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Feb. 20, 2022

82. Massive Action and Drive to Achieve Success with Rod Khleif

82. Massive Action and Drive to Achieve Success with Rod Khleif

Join Mike Cavaggioni and Rod Khleif, as they first chat about Rod’s beginnings and some very specific experiences, both losses and wins, and more importantly, shifting mindsets to recover from such losses. In this episode, Rod shares so much about how life is more affected by our mindset rather than our technical knowledge. In this episode, one of the big topics that Rod discusses is analysis paralysis, which is what usually happens for people who tend to overthink in doing the next step. Albeit thinking before you leap is not a bad thing, over-analyzing causes stagnancy in the process. Having a goal helps with decision-making and more importantly, makes a person genuinely happy. Rod shares how he went through depression after reaching a point in his life where he should be satisfied. He realized why shifting goalposts is important in one’s personal life and career. Get to know Rod’s story and stay tuned!

In this episode, you’ll learn:

  • Who influenced Rod to do real estate
  • Importance of a demographic review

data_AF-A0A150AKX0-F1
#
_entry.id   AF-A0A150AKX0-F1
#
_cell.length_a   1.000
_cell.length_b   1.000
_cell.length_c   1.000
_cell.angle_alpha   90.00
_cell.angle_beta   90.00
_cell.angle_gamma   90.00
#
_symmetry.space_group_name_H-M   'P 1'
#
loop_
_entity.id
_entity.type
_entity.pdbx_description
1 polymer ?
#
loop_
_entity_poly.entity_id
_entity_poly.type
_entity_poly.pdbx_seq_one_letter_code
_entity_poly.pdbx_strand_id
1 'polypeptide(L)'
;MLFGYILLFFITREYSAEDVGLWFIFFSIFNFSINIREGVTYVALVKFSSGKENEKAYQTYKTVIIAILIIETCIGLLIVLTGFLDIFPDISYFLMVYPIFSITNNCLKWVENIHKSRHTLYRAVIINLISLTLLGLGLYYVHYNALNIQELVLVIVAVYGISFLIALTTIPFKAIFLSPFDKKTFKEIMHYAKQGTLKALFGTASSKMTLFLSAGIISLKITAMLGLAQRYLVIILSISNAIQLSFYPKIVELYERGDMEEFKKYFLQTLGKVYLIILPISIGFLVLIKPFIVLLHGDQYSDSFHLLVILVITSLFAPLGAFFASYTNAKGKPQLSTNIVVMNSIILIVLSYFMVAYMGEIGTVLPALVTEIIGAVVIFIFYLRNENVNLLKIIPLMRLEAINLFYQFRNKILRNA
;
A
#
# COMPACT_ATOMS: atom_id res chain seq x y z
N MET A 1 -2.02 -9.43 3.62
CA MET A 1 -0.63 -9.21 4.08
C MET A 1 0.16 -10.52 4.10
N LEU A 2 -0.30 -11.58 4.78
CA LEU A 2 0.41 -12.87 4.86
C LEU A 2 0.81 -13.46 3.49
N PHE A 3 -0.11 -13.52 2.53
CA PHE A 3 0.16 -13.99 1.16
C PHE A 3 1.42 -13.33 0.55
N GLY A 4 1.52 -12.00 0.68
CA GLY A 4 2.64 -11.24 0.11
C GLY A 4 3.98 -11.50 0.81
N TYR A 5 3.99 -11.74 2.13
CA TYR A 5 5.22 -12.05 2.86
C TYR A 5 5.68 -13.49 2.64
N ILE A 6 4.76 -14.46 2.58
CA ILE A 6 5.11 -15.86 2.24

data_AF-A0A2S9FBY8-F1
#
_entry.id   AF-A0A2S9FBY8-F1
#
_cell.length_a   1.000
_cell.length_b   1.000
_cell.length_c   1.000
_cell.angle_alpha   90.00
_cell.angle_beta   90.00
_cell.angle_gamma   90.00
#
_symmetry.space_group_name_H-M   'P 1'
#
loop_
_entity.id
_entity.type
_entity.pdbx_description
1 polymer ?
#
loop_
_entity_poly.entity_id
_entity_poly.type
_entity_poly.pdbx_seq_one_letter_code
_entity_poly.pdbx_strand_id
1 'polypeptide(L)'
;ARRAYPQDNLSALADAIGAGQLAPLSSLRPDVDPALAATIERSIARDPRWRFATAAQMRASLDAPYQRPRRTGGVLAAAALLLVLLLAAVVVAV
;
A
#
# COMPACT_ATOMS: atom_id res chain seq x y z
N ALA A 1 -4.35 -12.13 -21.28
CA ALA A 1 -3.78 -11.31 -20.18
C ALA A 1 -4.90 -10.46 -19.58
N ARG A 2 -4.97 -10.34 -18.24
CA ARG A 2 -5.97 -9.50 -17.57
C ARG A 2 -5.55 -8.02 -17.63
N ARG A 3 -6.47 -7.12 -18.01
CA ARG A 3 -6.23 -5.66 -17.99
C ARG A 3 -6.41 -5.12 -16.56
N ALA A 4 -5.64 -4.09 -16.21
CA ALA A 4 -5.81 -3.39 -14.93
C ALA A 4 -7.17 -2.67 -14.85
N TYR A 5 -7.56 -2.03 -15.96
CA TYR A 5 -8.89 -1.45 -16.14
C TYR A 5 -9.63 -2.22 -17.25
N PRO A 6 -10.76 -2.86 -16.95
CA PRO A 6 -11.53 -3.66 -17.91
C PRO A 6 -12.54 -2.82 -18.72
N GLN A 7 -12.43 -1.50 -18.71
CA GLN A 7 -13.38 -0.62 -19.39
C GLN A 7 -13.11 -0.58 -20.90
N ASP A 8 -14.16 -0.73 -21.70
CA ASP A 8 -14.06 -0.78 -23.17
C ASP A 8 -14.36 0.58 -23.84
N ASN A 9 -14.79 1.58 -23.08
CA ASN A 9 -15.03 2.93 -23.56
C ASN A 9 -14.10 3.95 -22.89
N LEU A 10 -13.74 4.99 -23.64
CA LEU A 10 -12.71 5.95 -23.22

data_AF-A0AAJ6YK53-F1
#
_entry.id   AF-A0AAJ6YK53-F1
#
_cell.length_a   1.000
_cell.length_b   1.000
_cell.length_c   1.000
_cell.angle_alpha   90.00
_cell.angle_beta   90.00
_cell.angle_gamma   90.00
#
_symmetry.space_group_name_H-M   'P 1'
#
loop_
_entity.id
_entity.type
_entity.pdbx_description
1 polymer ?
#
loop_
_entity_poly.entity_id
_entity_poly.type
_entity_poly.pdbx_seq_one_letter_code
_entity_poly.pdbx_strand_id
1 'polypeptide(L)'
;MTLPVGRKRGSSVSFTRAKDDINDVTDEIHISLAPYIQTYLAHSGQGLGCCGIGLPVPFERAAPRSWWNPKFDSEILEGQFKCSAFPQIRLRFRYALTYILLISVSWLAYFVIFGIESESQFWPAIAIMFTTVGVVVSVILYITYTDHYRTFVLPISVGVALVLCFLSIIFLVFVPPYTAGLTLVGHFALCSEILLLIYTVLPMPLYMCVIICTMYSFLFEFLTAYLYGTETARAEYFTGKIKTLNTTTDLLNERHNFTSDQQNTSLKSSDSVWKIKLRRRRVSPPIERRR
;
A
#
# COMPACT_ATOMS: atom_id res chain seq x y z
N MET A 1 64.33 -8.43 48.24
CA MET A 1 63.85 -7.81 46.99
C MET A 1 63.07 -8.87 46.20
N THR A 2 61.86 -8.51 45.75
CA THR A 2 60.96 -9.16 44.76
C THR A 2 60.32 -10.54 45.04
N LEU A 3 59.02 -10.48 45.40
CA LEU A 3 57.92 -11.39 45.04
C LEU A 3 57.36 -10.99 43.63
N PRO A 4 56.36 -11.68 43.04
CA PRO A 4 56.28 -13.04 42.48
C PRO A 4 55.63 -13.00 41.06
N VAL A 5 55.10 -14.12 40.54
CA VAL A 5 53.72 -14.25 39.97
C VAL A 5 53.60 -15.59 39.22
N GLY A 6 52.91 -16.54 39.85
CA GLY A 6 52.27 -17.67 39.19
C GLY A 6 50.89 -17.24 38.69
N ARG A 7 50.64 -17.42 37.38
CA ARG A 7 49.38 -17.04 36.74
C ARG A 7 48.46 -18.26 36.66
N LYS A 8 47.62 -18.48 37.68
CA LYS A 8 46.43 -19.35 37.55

• How a crisis opens up a valuable opportunity
  • Overcoming analysis paralysis and making things happen
  • Happiness comes from constant progress and growth
  • And much more! 

About Rod Khleif: 

Rod Khleif is an entrepreneur, real estate investor, multiple business owner, author, mentor, and community philanthropist who is passionate about business, life, success, and giving back. As one of the country’s top real estate trainers, Rod has personally owned and managed over 2,000 properties.

Rod is Host of the Top-Ranked iTunes Real Estate Podcast which has been downloaded more than 10,000,000 times – “The Lifetime Cash Flow Through Real Estate Investing Podcast.” Rod is the author of “How to Create Lifetime Cash Flow Through Multifamily Properties” considered to be an essential “textbook” for aspiring multifamily investors.

Connect with Rod Khleif on…
Website: https://rodkhleif.com
LinkedIn: https://www.linkedin.com/in/rodkhleif/
Facebook: https://www.facebook.com/rodkhleifofficial/
Twitter: https://twitter.com/RodKhleif

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Transcript